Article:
The Trophy Room
Cured Hides – Stuffed Heads
The Trophy Room – He lounged in his recliner – the patina of the leather richly burnished by the constant use. Feet up on the elevated rest – ankles crossed – one slipper dangled from a calloused big toe. His stubby fingers surrounded the etched crystal tumbler. The thirty year old Scotch was perfect – a single malt – a drink for a man of his status. His eyes scanned the room – his hands were moist. He remembered every shot – every glorious kill. The absolute, sublime and exquisite power – the taking of life. His fame and glory fashioned by brutality and made whole – made real by money, connections, power, arrows and bullets. A reputation for the ages.
His eyes returned as they always did to the magnificent head mounted over the fieldstone fireplace. The glass eyes seemed to follow the man’s hand as he lifted the tumbler to his lips. The killer drank deeply. He relished the memory of the charge – the bellowing trumpet of pain and rage as the first bullet slammed into the elephant’s right shoulder. The massive bull faltered but did not go down. The second shot smashed into the animal’s left ankle. Now the killer was just having fun. Safe in the back of a retreating Jeep – he shot the bull in the chest – changed guns – and then twice in the trunk. Small, deep, painful wounds – holes – but nothing to mar the trophy.
When the third shot penetrated his chest – just a whisper from his heart – Groot Tande (big tusk) gasped in shock. His shoulder and ankle were no longer capable of carrying his bulk evenly and he didn’t understand why his steps were awkward. Pain racked his body when he tried to draw a deep breath. His trunk was off centre. He tried to flip it up and over one of his magnificent tusks but it wouldn’t respond. It lolled to one side and dangled. His steps slowed – no longer a charge but a slow motion pacing of step after step after faltering step – laboured, painful. Blood spewed from his chest with every breath and ran down his front legs. He stopped – his head bowed and rested on his prized six foot tusks. His left ankle buckled – the full force of his weight followed his tusks forward and his mighty body crashed sideways to the ground. After forty-eight years of joyful roaming and freedom Groot Tande was down.
The vehicle stopped. The killer fist-pumped the air, glorying in his accomplishment – what a man he was! The Jeep rounded and approached the bull – best to be careful. This was the time he loved the most. Eye to eye with his conquest. He jumped down from the open back seat and walked over to the elephant. Every rise and fall of his chest was raspy and shallow. The man squatted down and ran his hand along the tusks – close to the mouth – intimate and personal. He plucked a few blades of grass from Groot Tande’s lips and flicked them to the ground. “You are my prize”, he whispered, “How does it feel to have been conquered”?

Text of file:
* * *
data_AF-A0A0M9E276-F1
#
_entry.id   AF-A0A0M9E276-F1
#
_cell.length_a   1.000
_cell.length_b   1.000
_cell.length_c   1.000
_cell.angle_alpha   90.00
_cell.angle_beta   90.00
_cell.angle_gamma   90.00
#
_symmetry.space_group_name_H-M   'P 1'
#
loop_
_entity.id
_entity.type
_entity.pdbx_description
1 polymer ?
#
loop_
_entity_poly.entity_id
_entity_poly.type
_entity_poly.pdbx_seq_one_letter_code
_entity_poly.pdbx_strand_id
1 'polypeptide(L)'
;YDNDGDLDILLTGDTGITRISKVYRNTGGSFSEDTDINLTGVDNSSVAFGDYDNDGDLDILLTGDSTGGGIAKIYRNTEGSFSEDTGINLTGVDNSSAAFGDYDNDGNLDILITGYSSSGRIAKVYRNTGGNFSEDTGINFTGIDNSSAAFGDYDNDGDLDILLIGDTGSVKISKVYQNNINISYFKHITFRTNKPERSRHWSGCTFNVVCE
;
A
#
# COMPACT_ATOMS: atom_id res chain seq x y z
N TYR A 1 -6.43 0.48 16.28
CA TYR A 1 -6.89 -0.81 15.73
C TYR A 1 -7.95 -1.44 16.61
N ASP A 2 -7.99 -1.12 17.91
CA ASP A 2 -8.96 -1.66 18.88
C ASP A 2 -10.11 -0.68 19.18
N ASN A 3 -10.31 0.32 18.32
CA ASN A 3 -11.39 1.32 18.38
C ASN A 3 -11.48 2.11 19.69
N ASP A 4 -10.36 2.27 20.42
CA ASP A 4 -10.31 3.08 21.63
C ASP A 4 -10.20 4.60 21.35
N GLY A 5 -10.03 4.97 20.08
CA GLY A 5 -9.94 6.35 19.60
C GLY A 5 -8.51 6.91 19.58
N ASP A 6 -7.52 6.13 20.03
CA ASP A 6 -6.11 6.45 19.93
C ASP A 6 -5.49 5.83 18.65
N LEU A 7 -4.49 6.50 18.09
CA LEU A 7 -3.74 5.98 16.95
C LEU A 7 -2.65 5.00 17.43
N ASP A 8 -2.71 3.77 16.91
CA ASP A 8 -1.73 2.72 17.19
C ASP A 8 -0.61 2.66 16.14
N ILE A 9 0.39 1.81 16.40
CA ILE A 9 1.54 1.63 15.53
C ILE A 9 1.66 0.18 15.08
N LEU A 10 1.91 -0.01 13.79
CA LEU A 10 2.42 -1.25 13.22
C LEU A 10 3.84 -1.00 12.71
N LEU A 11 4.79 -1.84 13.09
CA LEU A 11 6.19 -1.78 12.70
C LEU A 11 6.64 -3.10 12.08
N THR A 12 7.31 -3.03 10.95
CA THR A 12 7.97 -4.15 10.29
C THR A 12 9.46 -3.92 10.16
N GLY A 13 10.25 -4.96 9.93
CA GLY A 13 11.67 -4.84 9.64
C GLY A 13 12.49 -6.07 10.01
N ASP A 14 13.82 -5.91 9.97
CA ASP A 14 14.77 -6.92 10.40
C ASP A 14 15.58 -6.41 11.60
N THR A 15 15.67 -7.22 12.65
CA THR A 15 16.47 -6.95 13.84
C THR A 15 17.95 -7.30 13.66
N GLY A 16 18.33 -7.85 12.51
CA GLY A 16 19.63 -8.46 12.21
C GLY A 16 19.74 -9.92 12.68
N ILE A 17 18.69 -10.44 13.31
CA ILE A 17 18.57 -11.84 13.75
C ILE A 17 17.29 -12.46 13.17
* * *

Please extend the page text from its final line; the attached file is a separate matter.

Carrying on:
Groot Tande looked at the face of the man who was relishing the taking of his life. He had seen his brothers and sisters murdered over the years and he knew the killer was enjoying this moment. He wanted to summon up hatred and rage from the depth of his soul and to think of revenge, animosity and retribution. Instead he felt only a deep disdain for the pathetic lost soul of this ghoulish man. He was a person devoid of kindness, empathy and compassion. An ugly shell of a human – without value and destined to languish and finally drown in his own rot.
The killer stood up and held out his arm. Other complicit hands passed him the gun. He flipped back Groot Tande’s massive ear, shoved the gun into the side of the elephant’s head and pulled the trigger. Groot Tande’s body heaved and trembled and then was silent. The killer felt a shot of adrenaline course through his body. He was triumphant – he was a man. The feeling faded as quickly as it had come. He would get them all on this one trip. The Big 5 were not safe. He felt that familiar urge to kill in his chest – then his gut – finally it settled in his groin. The Cape Buffalo was next and then the leopard – the rhino and the lion. What a trip this was going to be!
The killer awoke from his reverie when the door to the trophy room opened and his precious grand-daughter entered the room. Next to killing – she was the only thing in the world that mattered to him. This small, determined girl would carry on his legacy. She was so similar to his own boyhood pictures – she should have been his daughter. She was smart, funny, challenging, curious and at seven, under his masterful tutelage, she had killed her first deer. The next year she took down a black bear.